"Yesterday was a tough day for everyone because we were so close. All the teams were in town and the arena was ready to go and then they said it wasn't going to go."
The decision to cancel was made to ensure the curlers could get back to their home countries safely and limit the potential for a localized outbreak of the virus, which has yet to show up in Prince George. The provincial health authority on Thursday put out a ban on crowds of greater than 250 at any public event and Kutyn spoke for all the organizers and participants when he said he had hoped as a worst-case scenario it would still go ahead as a TV-only event without the crowds.
Vonda Hofferd joined the tear-down work bee bright and early Friday morning as part of the ice crew at CN Centre. She has a long history of involvement as a volunteer at such events as the 2015 Canada Winter Games in Prince George, the 2009 Road to the Road Olympic trials qualifier and the 2000 Scotties Tournament of Hearts.
"Disappointment doesn't even begin to describe it," said Hofferd. "An event like this is what brings a community together. It's a reunion of volunteers that volunteer at so many of the events that come to Prince George. It's curling we lose. It's the camaraderie we lose.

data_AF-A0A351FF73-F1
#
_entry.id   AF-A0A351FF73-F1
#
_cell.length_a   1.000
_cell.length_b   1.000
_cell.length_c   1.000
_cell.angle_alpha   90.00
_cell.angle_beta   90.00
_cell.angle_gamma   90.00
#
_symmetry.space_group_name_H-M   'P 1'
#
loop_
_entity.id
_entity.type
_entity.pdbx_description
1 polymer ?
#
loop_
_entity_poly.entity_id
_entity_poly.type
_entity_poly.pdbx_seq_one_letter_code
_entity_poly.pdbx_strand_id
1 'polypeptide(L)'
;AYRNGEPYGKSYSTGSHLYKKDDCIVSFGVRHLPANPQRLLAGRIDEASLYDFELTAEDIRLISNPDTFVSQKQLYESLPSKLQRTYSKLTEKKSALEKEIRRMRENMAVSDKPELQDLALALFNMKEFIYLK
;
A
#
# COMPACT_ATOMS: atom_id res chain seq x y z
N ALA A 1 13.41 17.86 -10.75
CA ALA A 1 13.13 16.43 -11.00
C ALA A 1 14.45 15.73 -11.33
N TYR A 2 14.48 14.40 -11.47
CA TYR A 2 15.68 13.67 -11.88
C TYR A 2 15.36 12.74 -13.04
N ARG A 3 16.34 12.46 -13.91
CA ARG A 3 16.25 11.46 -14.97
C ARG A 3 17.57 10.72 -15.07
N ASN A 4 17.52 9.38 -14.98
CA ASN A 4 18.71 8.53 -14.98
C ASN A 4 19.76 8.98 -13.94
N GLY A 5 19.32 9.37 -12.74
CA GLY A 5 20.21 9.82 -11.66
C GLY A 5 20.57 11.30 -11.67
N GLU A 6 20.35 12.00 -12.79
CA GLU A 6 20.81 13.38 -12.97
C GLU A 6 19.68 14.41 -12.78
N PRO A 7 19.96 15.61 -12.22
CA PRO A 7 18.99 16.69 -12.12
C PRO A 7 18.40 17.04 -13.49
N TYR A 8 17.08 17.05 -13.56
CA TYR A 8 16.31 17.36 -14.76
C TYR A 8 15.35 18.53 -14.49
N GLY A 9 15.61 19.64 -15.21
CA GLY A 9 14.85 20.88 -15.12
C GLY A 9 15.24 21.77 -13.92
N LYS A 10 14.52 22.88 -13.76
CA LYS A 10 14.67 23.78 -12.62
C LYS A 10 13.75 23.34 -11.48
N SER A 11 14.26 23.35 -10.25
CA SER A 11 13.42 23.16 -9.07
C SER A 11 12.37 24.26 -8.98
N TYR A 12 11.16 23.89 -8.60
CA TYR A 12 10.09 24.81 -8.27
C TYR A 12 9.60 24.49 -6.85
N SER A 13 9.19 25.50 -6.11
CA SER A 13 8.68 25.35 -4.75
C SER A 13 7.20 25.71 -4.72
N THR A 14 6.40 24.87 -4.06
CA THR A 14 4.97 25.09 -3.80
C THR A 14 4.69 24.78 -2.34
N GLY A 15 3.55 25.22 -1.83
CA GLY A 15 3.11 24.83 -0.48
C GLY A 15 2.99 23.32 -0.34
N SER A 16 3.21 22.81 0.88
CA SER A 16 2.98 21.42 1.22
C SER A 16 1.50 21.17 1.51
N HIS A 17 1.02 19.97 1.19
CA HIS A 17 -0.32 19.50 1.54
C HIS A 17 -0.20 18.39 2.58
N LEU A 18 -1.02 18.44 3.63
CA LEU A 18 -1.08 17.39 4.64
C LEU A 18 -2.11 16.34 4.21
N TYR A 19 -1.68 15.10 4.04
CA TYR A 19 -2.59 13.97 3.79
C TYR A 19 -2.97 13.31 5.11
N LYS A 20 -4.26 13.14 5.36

"If it was maybe a Scotties or maybe a Canadian, it wouldn't be quite as devastating because so many of our fans travel throughout Canada. But this was their opportunity to see China, Japan, Korea, Italy and Scotland, to get up close and personal with them. The majority of our fans are 60-plus and and unless we bring something in the coming years this may be their only opportunity to see world curlers."
All of the volunteers paid $100 for that privilege, which included a jacket, vest, shirt, food during shifts and tickets to all the games. That money won't be refunded.
Hofferd co-chairs the committee hosting the Canadian Master Badminton Championships at the Northern Sport Centre, April 27-May 2, which would involve more than 250 people. But with all the uncertainty over the coronavirus, that event, as well as the Western Canadian Ringette Championships coming to Prince George, March 26-28, might not happen.
"Everybody else is canceling," said Hofferd. "We are going to be over 250 (people) and I think it's the risks and the insurance ramifications (to consider) if it does go ahead."
Lisa Davison, the other masters badminton co-chair, is in Vancouver this week meeting with the president of Badminton Canada and Hofferd expects she will soon know more about the status of the event.
"Anything can happen between now and then, but how much effort do we put into organizing?" asked Hofferd. "This was devastating to our volunteers, and it's the same volunteers that volunteer for so many events, so do we want to do that to them again? It's their call, along with the health authority."
© Copyright Prince George Citizen